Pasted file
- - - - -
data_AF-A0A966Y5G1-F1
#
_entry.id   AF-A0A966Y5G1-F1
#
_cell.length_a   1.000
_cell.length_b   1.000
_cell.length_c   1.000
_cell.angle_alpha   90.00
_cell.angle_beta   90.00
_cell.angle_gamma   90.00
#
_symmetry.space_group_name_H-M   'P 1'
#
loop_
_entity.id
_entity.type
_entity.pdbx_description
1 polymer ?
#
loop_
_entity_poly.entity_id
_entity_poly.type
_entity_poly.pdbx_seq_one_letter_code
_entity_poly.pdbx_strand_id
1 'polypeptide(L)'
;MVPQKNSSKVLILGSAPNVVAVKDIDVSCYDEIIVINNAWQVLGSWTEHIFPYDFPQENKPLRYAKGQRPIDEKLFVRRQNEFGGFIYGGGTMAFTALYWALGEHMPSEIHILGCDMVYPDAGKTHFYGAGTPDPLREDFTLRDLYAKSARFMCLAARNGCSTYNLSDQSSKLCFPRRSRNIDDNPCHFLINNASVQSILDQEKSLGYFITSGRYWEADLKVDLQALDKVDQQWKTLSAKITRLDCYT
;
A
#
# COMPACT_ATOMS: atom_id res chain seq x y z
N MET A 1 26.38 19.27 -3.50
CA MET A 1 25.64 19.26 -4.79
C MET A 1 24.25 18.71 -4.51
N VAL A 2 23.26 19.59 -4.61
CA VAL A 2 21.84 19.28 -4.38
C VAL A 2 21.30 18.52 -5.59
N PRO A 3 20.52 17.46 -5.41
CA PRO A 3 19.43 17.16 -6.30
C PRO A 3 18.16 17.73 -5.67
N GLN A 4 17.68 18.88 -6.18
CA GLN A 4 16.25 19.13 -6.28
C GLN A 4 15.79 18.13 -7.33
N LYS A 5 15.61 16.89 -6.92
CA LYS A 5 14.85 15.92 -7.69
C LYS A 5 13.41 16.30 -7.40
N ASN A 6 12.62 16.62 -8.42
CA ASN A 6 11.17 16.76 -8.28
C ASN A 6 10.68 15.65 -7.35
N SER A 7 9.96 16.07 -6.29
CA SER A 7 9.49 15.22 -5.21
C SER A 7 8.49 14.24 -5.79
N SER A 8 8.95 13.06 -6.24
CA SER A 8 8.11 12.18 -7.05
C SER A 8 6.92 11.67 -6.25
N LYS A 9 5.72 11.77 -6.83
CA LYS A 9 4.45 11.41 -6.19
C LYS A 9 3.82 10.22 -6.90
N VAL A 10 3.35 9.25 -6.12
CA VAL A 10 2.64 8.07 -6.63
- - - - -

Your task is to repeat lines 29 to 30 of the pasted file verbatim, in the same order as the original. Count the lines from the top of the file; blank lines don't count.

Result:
#
# COMPACT_ATOMS: atom_id res chain seq x y z